Mining, Metallurgy & Exploration

, Volume 36, Issue 5, pp 903–916 | Cite as

The Occurrence and Concentration of Rare Earth Elements in Acid Mine Drainage and Treatment By-products: Part 1—Initial Survey of the Northern Appalachian Coal Basin

  • Christopher R. VassEmail author
  • Aaron Noble
  • Paul F. Ziemkiewicz


The conventional rare earth element (REE) industry has historically sought to develop ore deposits where geologic processes have produced mineralized zones with commercially attractive REE concentrations. These deposits are extremely uncommon, particularly in the USA. Given the criticality of these materials and the need for sustainable domestic supply, the current research seeks to leverage other autogenous processes that lead to concentrated REE resources. One such process is the generation of acid mine drainage (AMD). AMD is very common in many coal mining districts and results from the exposure and oxidation of pyrite during mining. During the generation and migration of AMD, liberated sulfuric acid mobilizes several metal ions including REEs. Treatment of AMD is required under U.S.C §1251, the Clean Water Act, and often consists of neutralization, oxidation, and metal hydroxide precipitation. To investigate the deportment of REEs during this process, a field sampling campaign was undertaken, whereby the concentration of REEs in AMD and AMD precipitates was measured directly. In the nine sites evaluated in this study, the REE concentrations of the precipitates varied from 29 to 1286 ppm with an average of 517 ppm among the sampled sites. The individual elements were enriched compared with the associated bulk Northern Appalachian (NAPP) coal material by factors ranging from 3 to 15. Furthermore, the distribution of REEs in all precipitate samples favored the heavy REEs (HREEs) when compared with traditional REE ores. This research represents the first part of multi-part research endeavor to characterize, classify, and determine the practicality of refining REEs from AMD and its by-products.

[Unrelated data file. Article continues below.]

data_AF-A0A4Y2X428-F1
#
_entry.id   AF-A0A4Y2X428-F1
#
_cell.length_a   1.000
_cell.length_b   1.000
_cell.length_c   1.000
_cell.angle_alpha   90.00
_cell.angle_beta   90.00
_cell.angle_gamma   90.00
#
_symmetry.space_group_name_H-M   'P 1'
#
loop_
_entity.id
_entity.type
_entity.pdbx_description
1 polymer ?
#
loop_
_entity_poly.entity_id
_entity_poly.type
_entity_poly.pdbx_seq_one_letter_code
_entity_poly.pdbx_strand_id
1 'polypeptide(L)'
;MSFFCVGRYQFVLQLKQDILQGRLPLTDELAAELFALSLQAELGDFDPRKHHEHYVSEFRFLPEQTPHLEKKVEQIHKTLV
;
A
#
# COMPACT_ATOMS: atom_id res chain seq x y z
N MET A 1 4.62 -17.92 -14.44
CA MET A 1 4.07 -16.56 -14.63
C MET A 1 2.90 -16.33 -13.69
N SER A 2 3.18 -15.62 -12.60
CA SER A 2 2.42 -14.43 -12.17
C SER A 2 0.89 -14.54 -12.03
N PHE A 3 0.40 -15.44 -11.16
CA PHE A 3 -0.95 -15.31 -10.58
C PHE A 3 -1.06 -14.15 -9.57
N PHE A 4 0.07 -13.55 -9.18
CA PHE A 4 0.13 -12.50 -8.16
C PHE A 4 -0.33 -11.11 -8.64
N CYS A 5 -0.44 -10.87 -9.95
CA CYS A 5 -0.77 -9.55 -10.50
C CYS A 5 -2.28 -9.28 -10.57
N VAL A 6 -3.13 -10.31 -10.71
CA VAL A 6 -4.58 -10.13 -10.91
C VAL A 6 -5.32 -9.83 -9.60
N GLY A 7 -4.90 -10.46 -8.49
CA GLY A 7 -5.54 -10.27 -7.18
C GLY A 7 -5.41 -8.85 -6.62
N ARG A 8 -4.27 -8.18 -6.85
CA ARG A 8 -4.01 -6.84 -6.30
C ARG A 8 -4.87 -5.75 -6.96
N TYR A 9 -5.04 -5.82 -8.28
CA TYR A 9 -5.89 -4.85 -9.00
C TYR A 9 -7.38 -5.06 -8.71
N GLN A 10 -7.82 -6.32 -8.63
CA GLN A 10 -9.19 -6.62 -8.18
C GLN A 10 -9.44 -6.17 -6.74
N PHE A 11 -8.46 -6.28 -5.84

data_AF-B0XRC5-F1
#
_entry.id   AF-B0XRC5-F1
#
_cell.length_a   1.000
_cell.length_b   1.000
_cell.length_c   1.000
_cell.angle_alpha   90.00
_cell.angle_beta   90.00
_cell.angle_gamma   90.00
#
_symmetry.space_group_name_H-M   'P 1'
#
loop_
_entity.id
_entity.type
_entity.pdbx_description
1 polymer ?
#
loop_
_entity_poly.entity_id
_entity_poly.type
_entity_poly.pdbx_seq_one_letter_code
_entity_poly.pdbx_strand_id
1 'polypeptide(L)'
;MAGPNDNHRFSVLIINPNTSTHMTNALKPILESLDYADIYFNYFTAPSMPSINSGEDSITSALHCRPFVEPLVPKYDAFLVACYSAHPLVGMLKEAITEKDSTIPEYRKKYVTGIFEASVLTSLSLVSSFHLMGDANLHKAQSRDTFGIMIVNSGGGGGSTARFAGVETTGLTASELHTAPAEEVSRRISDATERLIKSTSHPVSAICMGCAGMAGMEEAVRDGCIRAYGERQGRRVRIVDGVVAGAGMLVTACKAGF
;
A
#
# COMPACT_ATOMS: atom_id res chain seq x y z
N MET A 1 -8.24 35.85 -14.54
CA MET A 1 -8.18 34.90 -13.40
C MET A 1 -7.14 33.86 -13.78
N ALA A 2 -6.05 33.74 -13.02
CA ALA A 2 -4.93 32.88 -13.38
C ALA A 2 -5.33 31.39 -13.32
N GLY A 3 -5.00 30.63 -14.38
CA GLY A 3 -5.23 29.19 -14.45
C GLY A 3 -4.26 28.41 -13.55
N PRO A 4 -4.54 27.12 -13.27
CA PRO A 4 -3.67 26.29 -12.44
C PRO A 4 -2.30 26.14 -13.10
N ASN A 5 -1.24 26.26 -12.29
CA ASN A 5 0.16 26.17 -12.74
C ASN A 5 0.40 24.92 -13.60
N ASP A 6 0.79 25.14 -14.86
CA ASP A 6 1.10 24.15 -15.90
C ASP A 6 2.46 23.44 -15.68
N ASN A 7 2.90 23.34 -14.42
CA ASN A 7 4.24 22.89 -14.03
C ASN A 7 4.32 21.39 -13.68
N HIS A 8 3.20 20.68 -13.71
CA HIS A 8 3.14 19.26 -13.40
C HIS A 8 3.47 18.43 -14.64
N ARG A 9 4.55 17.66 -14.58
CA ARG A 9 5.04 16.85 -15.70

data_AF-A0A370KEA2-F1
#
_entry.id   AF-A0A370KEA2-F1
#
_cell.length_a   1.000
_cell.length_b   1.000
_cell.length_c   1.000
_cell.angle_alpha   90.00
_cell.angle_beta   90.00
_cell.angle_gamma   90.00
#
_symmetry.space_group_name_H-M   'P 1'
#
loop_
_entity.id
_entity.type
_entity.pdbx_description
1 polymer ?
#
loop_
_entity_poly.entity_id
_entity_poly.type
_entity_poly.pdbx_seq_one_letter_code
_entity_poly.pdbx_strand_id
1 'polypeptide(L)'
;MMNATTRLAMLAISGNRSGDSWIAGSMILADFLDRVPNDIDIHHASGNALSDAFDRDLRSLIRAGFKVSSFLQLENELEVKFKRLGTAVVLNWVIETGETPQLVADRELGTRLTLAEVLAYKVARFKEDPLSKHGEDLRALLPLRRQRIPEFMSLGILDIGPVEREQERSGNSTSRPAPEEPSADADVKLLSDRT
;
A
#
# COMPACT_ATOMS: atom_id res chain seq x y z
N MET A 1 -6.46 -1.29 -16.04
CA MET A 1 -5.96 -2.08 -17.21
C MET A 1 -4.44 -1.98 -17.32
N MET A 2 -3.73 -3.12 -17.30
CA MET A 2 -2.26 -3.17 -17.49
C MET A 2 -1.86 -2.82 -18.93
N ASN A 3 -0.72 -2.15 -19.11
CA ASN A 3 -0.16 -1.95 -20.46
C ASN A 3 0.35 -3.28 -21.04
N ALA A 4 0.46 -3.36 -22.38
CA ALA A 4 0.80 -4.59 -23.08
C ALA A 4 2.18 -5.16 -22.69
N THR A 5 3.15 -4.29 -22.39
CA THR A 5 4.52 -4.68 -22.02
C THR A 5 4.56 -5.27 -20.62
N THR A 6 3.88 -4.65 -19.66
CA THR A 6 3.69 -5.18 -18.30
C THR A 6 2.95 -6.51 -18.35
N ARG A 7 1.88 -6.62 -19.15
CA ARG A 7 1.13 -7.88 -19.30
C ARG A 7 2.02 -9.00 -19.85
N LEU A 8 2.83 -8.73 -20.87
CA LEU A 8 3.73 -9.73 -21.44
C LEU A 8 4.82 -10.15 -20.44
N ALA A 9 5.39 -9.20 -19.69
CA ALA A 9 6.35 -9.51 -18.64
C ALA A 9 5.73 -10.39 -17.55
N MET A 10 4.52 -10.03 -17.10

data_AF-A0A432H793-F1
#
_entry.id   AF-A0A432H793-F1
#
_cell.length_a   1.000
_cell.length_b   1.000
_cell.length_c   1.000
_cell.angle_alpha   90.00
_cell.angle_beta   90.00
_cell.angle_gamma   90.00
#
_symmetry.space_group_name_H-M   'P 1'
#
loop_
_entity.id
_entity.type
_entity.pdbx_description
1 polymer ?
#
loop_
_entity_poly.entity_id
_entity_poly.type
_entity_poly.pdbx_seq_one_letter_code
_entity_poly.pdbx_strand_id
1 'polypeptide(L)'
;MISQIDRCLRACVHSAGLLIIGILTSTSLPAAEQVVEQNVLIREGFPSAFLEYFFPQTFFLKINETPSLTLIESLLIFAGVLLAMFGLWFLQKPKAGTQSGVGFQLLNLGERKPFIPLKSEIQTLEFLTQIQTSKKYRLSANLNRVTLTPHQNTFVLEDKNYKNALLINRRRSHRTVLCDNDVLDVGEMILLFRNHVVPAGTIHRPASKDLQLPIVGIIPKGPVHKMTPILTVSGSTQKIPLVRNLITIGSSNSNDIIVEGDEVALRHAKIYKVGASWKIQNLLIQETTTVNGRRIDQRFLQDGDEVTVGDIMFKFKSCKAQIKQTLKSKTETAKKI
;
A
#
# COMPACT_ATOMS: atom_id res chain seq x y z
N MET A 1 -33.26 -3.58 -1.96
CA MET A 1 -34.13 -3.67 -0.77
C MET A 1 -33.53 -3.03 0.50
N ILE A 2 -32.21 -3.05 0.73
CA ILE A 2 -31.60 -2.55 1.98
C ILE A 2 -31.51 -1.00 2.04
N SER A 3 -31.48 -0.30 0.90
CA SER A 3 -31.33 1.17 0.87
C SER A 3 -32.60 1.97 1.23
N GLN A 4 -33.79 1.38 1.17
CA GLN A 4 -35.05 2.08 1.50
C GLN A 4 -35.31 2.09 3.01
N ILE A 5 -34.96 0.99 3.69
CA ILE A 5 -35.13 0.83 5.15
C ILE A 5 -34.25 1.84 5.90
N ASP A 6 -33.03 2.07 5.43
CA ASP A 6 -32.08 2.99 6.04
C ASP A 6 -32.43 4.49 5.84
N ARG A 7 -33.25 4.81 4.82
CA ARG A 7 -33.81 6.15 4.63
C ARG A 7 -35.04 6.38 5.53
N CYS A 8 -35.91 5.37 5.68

Acid mine drainage Rare earth elements Coal by-products 



This material is based upon work supported by the U.S. Department of Energy under Award Number DE-FE0026927.

Compliance with Ethical Standards


This report was prepared as an account of work sponsored by an agency of the United States Government. Neither the US Government nor any agency thereof, nor any of their employees, makes any warranty, express or implied, or assumes any legal liability or responsibility for the accuracy, completeness, or usefulness of any information, apparatus, product, or process disclosed, or represents that its use would not infringe privately owned rights. Reference herein to any specific commercial product, process, or service by trade name, trademark, manufacturer, or otherwise does not necessarily constitute or imply its endorsement, recommendation, or favoring by the US Government or any agency thereof. The views and opinions of authors expressed herein do not necessarily state or reflect those of the US Government or any agency thereof.

Conflict of Interest

The authors declare that they have no conflict of interest.


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Copyright information

© Society for Mining, Metallurgy & Exploration Inc. 2019

Authors and Affiliations

  1. 1.West Virginia Water Research InstituteMorgantownUSA
  2. 2.Virginia Tech Mining and Minerals EngineeringHolden Hall 100, Virginia TechBlacksburgUSA

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